When the crews got downtown, the residents scramble to relocate began, but as some tents went down, one went up – without plans to voluntarily comply. One resident excitedly began to livestream cheering them on! In the end, the arrest was made and we are currently anticipating our friend’s release. Photos and a report from this altercation began to go viral on Facebook, initiated by an opposition Facebook group, ironically all this caught the attention of the algorithm! As Zuckerberg says: It is good to be attacked by the enemy.

This is all in the face of a growing mood of austerity, with the city and state governments cutting services for housing and mental illness for many years. Services are much more likely to be provided by NGO’s, many of whom receive some state money and have to find the rest elsewhere. Even the city is looking to places like the Bloomberg Foundation for money, spending most of a recent grant studying data collection on homeless individuals to be stored in perpetuity on the blockchain. This money spent studying surveillance technologies, and paying the professionals that worked on it goes hand in hand with the mentality of the sweeps, that homelessness is not to be ended and that people suffering it need to be controlled.

The Governor in an attempt to shield himself from this critique, almost a month ago announced a temporary housing solution for people displaced from the underpasses, something both TXDOT and the haters online will not let people forget. He unlocked an abandoned TXDOT facility on the far edge of town, housing people in truck shelters on a 5 acre brownfield lot.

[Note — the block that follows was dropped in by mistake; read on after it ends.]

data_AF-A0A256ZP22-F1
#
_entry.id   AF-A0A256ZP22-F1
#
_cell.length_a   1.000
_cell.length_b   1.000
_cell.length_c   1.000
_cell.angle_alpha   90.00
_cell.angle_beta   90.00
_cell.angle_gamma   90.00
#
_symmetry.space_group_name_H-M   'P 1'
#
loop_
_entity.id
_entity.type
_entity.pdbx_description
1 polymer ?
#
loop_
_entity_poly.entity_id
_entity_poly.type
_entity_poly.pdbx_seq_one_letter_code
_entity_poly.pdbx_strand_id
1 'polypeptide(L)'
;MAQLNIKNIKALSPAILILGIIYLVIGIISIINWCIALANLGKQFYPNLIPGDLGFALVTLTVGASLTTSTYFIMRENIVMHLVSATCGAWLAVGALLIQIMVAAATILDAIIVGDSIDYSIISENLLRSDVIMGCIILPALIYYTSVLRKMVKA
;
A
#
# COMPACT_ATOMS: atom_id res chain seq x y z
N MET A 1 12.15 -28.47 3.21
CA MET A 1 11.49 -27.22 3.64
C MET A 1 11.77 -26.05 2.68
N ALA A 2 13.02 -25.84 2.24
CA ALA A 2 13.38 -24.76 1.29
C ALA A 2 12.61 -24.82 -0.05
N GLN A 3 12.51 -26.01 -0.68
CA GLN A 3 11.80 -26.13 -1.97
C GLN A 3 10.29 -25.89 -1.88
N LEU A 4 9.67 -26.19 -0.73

People are sleeping two or three to a shelter and have found their way out there despite there being extremely limited (at first just one way) bus service and no sidewalks along the access road to the highway in lies next to. There are no showers, laundry, medical care or social workers. In some cases the roofs over the shelters are incomplete and people have had to make do during the winter rains. There is, however, plenty of barbed wire and State cops. In response to being told by a resident that the place was a concentration camp, the lone operative from Texas Emergency Management, operated by the Forest Service of Texas A&M told him, “You’re free to leave!” Some freedom.

We are currently seeking support from all over to build a reserve of money for legal fees and supplies:

Phone Zap:

We are also asking people to call the contractors and demand they drop the contract! Stay tuned to our Facebook and Twitter for dates of scheduled phone zaps, but feel free to give them a call anytime!

They are currently:

EPSI: (512) 614-6116
WorkQuest: 512-451-8145 ask for Abby Monk, the regional marketing manager, or Roxy Van Loo, the state sales manager.

Suggested Script: “Hello, I am calling today to demand that EPSI/Workquest ceases its facilitation of homeless sweeps in Austin. It is hypocritical to claim to work for the benefit of people with disabilities while ruining the lives of one of the most vulnerable populations of people with disabilities. We ask that you stop providing the labor force to enable these inhumane raids. Homeless people have a right to exist and a right to dignity.”

You can block your number by dialing *67 before dialing the number.

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Network resisting anti-houseless sweeps, gentrification, and police brutality.